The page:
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Antiwar Protesters Are Trying to Save Lives

February 09, 2003

Re "Some Oppose War, Some Oppose Protest," Feb. 2:

The grandma from San Clemente is concerned that her Navy recruit grandson and his buddies are not getting support from home with all the antiwar demonstrations and protests. She should tell her grandson that the antiwar protesters are trying to save him and his buddies from being sacrificed in an unnecessary war promoted by President Bush and his war hawks in Washington.

G.S. Foley

Santa Ana


Mary Monk tells us that her grandson is in the Navy and that antiwar activities hurt his morale. As a career Marine officer and Vietnam War veteran, my reply is that we who oppose this war do so partly so that the life of her grandson and thousands of other U.S. servicemen and blameless Iraqi civilians will not be wasted.

If the president wants to ensure his own reelection, he might better use his energies in serious attempts to improve our economy rather than in unjustified wars to divert our attention from it.

I realize that Monk's grandson is just doing his job, and I hold him blameless. I was just doing my job in Vietnam, and so were my friends who died there. But hindsight tells us that it would have been better if an enlightened citizenry had been able to prevent the war in the first place.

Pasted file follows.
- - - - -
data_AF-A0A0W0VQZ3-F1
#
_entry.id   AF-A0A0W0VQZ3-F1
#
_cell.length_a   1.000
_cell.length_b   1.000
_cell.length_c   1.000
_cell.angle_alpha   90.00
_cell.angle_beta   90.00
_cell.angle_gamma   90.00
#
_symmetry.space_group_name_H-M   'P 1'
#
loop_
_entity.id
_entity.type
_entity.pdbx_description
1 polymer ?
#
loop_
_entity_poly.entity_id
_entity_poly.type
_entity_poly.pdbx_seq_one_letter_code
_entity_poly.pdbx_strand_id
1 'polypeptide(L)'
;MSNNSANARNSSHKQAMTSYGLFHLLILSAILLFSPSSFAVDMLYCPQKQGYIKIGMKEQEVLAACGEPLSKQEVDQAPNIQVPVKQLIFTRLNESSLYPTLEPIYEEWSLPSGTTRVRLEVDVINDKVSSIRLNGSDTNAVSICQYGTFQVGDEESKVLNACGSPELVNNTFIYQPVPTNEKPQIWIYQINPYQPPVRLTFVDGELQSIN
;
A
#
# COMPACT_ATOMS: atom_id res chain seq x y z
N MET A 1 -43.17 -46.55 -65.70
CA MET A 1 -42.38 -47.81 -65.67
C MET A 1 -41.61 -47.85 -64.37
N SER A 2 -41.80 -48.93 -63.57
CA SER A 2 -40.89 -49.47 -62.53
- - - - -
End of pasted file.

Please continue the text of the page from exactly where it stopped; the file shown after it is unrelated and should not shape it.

I doubt that many of the widows and children of the men who died there think they died in a worthy cause, and I don't want to see Monk in the same position.

I'm no pacifist, and I continue to believe that our country needs a military to defend its interests in a dangerous world. I suppose that is why I stayed on after Vietnam and completed a 20-year career. I was willing to risk my life if our nation's interests made it necessary, but I didn't want to risk it to build the egos of politicians who never went near combat or to line the pockets of their oil-industry friends.

We owe Monk's grandson the same consideration.

Bill McIntyre

San Clemente

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